code Meaning in the Cambridge English Dictionary Cambridge dictionaries logo
Cambridge Dictionaries online Cambridge Dictionaries online

The most popular online dictionary and thesaurus for learners of English

Meaning of “code” in the English Dictionary

"code" in British English

See all translations

codenoun

uk   /kəʊd/ us   /koʊd/
  • code noun (LANGUAGE)

B2 [C or U] a system of words, letters, or signs used to represent a message in secret form, or a system of numbers, letters, or signals used to represent something in a shorter or more convenient form: The message was written in code. She managed to decipher/break/crack (= succeed in understanding) the code. Each entry in this dictionary has a grammar code.

expend iconexpend iconMore examples

  • code noun (RULES)

C1 [C] a set of rules that are accepted as general principles, or a set of written rules that say how people in a particular organization or country should behave: Clinics will be subject to a new code of conduct and stronger controls by local authorities.
[C] a set of principles that are accepted and used by society or a particular group of people: a moral code a code of behaviour/ethics

expend iconexpend iconMore examples

  • code noun (GENES)

specialized medical [C or U] an arrangement of genetic material in DNA (= the chemical that carries genetic information in cells): genetic codes

codeverb [T]

uk   /kəʊd/ us   /koʊd/
to represent a message in code so that it can only be understood by the person who is meant to receive it
(Definition of code from the Cambridge Advanced Learner’s Dictionary & Thesaurus © Cambridge University Press)

"code" in American English

See all translations

codenoun

us   /koʊd/
  • code noun (SPECIAL LANGUAGE)

[C/U] a system for representing information with signs or symbols that are not ordinary language, or the signs or symbols themselves: [U] Andrew writes computer code. [C] Callers punch in four-digit access codes for various topics.
  • code noun (PATTERN)

biology /koʊd/ [C] genetic code
  • code noun (RULES)

[C] rules for the way people should behave, or a set of written rules or laws that tell people what to do: Faculty members are expected to follow the school’s honor code. Is there a dress code where you work? Fire codes prohibit locking classroom doors.

codeverb [T]

us   /koʊd/
to represent information in a way that is not ordinary language, as with special signs or symbols: Many areas of the brain code and store information.
coded
adjective [not gradable] us   /ˈkoʊ·dɪd/
Electronically coded cards are issued to food-stamp recipients.
(Definition of code from the Cambridge Academic Content Dictionary © Cambridge University Press)

"code" in Business English

See all translations

codenoun

uk   /kəʊd/ us  
[C or U] a set or system of numbers, letters, or signs which is known only to particular people and represents something that is secret: access/security code You need an access code to get into the building.in code The message was written in code.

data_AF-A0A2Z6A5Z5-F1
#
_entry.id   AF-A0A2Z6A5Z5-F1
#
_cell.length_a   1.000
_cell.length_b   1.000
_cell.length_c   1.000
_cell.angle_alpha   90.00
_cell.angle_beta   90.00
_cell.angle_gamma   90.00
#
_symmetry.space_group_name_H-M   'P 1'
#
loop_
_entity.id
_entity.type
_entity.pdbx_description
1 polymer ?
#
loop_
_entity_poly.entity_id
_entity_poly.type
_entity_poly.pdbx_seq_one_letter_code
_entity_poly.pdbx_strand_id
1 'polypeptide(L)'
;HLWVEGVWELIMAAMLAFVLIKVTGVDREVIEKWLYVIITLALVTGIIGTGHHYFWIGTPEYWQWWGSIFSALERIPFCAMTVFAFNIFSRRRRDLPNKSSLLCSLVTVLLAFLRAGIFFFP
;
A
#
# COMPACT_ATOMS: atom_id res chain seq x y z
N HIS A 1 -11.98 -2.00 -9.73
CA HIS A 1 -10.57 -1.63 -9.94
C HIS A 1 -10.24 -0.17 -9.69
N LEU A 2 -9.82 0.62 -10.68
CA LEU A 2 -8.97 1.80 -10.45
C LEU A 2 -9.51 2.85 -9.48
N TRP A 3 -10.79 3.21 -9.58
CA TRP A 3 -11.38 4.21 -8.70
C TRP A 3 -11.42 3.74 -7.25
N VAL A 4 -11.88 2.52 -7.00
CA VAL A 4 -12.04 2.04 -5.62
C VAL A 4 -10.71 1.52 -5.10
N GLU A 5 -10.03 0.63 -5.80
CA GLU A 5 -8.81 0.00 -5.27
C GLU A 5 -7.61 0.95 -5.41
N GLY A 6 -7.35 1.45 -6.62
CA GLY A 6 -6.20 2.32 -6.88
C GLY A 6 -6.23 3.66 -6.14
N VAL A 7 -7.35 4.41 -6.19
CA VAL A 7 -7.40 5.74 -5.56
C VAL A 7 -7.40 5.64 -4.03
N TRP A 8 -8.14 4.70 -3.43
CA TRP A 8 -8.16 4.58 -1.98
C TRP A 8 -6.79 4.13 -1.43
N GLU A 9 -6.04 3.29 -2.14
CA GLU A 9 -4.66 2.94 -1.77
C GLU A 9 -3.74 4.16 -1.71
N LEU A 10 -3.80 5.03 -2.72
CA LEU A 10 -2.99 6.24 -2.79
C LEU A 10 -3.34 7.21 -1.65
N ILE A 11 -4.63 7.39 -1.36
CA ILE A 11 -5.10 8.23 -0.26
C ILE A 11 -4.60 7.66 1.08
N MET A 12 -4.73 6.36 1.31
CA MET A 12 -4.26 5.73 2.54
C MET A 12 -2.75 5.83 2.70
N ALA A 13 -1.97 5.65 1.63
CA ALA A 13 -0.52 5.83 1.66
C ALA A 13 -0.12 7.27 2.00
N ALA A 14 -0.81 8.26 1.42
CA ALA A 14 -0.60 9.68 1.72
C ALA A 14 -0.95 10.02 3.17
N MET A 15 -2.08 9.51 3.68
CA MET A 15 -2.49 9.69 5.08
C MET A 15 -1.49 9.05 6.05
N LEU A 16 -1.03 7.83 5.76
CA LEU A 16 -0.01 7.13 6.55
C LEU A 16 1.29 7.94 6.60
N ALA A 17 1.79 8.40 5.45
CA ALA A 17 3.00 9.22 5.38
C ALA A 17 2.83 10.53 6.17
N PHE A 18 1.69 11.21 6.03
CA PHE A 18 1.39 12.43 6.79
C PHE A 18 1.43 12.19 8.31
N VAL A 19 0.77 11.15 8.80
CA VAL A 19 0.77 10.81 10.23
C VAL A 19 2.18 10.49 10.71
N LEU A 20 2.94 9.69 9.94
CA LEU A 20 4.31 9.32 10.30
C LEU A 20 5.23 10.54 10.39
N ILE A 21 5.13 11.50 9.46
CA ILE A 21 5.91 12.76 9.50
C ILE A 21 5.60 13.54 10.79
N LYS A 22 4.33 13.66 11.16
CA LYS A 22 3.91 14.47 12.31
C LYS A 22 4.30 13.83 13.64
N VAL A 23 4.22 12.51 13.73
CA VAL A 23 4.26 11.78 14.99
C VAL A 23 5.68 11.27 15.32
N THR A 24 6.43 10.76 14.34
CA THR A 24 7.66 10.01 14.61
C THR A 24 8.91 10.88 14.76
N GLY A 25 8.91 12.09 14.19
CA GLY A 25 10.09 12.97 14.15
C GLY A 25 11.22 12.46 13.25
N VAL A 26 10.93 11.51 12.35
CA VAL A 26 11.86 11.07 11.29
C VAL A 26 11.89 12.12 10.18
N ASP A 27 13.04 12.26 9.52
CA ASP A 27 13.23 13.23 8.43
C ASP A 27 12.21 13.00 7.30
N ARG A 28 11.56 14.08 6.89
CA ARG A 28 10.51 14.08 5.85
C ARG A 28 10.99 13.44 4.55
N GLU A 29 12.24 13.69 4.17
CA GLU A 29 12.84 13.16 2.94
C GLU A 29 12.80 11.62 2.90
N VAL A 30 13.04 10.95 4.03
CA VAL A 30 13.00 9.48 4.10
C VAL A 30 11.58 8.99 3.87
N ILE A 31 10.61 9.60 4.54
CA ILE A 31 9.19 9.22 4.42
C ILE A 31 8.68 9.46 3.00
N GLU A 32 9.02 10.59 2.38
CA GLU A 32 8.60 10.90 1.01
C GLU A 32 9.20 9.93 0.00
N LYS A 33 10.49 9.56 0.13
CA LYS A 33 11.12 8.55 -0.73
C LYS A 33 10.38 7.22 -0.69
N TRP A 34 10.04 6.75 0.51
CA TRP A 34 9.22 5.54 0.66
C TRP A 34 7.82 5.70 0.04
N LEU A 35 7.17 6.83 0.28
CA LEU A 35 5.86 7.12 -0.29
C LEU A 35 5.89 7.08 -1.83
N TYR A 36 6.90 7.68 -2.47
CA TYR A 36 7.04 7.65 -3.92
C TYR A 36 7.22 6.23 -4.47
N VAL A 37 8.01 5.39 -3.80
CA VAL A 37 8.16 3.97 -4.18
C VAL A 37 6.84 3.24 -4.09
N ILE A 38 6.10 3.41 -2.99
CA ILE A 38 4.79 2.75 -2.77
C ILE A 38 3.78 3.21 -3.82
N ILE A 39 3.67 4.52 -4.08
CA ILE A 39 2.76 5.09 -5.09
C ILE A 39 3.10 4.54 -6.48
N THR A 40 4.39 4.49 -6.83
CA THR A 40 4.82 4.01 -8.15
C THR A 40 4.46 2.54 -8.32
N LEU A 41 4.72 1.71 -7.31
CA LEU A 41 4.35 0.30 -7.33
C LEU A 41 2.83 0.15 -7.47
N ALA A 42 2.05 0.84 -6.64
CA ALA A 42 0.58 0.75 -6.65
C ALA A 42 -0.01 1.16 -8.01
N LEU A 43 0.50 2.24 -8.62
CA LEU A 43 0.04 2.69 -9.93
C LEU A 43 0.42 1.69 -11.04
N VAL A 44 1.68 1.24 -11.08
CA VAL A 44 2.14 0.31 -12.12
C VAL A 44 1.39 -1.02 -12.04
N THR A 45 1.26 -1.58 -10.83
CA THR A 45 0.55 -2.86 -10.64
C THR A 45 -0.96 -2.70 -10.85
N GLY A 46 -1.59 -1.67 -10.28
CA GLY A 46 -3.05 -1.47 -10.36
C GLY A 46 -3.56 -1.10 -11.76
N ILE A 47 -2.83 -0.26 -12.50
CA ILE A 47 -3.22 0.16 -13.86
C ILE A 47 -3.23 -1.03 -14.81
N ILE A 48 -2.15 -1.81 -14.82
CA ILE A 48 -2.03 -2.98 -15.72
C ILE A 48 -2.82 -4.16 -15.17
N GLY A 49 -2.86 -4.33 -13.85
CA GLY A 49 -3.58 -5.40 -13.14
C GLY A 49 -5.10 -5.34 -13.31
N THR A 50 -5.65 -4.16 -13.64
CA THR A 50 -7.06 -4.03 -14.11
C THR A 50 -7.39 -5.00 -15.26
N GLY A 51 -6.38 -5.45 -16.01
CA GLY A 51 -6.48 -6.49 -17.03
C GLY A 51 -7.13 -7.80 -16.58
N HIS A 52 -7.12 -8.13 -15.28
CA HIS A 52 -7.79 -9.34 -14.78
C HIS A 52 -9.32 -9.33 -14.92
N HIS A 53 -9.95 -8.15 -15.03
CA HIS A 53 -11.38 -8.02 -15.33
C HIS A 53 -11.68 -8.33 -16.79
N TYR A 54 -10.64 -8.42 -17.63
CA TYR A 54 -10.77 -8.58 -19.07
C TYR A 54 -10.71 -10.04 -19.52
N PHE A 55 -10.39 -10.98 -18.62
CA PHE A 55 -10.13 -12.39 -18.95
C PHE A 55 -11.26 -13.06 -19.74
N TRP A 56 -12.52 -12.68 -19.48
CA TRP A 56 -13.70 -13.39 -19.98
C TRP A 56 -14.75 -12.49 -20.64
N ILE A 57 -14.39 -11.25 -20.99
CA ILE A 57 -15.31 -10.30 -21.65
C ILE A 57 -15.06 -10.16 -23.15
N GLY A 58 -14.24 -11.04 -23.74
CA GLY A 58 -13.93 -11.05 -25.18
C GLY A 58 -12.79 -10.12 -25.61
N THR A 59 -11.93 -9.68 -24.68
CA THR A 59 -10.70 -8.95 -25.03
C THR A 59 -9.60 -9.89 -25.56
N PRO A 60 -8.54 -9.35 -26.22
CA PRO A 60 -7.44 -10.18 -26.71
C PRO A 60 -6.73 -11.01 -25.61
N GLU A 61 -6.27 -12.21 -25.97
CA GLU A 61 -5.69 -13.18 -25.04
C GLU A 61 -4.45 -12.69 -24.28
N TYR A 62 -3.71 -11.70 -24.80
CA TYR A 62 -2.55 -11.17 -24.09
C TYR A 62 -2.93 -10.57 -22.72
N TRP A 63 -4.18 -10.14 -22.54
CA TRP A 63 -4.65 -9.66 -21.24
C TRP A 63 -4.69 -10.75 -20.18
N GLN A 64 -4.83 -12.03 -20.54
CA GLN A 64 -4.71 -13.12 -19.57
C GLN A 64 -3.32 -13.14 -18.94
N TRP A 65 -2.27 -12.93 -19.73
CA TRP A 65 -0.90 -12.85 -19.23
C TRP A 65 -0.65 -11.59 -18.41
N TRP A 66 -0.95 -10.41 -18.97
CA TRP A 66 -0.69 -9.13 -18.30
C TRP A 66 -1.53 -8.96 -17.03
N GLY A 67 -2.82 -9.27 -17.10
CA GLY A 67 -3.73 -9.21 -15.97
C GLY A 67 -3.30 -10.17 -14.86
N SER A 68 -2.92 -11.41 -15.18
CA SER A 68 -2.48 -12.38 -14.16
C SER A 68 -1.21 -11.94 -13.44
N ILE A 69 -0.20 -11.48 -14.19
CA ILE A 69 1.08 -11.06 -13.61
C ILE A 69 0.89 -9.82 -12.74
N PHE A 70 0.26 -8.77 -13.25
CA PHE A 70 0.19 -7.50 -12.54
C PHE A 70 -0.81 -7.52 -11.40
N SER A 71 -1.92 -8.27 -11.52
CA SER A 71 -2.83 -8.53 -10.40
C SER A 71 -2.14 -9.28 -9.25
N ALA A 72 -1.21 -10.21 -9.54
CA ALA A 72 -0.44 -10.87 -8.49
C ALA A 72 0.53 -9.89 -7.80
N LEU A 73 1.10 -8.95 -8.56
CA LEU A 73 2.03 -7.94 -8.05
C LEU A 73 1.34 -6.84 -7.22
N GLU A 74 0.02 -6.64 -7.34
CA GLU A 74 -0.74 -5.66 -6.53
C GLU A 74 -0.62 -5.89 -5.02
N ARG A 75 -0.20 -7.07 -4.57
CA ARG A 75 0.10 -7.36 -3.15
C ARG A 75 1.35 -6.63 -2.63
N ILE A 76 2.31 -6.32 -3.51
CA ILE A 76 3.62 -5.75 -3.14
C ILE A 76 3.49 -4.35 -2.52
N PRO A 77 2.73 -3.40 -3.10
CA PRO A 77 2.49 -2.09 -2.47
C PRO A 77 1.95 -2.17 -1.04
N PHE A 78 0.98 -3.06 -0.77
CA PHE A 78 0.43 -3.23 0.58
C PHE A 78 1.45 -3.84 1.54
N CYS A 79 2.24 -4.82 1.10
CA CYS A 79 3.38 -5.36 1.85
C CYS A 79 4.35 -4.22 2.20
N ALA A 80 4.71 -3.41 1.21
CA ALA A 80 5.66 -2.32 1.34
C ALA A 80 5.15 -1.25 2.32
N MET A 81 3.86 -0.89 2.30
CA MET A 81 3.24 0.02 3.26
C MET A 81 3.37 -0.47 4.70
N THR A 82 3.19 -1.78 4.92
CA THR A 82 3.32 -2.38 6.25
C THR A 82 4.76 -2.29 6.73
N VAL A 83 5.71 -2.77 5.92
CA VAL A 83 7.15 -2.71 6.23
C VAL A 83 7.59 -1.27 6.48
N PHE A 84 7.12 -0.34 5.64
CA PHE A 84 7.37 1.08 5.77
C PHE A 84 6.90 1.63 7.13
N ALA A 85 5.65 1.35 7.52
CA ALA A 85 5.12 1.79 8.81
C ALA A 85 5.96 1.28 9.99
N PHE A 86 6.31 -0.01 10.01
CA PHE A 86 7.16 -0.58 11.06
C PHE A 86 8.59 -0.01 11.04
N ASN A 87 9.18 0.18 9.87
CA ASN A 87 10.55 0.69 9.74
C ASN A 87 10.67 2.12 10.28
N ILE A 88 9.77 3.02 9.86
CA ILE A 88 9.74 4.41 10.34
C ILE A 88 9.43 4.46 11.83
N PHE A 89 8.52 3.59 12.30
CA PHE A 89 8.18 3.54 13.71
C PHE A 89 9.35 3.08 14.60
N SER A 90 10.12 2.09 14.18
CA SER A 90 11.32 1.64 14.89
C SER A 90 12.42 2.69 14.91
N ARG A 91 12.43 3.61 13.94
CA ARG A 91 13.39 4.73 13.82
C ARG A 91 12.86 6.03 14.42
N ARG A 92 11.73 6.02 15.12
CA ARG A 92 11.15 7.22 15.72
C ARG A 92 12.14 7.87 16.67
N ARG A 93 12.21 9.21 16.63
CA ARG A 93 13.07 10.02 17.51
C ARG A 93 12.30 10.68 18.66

[C] a system of words, letters, or signs which is used to represent something so that it is easy to know which thing or type of thing it is: product/identification code The FDA Product Code describes a product or a group of products. We will give you a unique code to use when you make a booking.
[U] IT the letters, numbers, words, and symbols used for writing computer programs: computer/digital code Java computer code write/generate/execute code
[C] a set of principles, or a set of rules which state how people in a particular organization, job, etc. should behave: abide by/follow a code All our members follow a strict professional code. He has his own moral code for the way he does business. a code of behaviour/conduct
[C, usually singular] LAW a set of rules or laws: the state's legal code Their aim is to work out a code to end sweatshops.
(Definition of code from the Cambridge Business English Dictionary © Cambridge University Press)
What is the pronunciation of code?
Add Cambridge dictionaries to your browser to your website

“code” in Business English

Watching the detectorists
Watching the detectorists
by ,
May 31, 2016
by Colin McIntosh You could be forgiven for thinking that old-fashioned hobbies that don’t involve computers have fallen out of favour. In fact, nothing could be further from the truth. If anything, the internet has made it easier for people with specialist hobbies from different corners of the world to come together to support one another

Read More 

Word of the Day

pollution

damage caused to water, air, etc. by harmful substances or waste

Word of the Day

decision fatigue noun
decision fatigue noun
May 30, 2016
a decreased ability to make decisions as a result of having too many decisions to make Our brains have a finite number of decisions they can make before they get depleted and become less discerning – so this is called decision fatigue.

Read More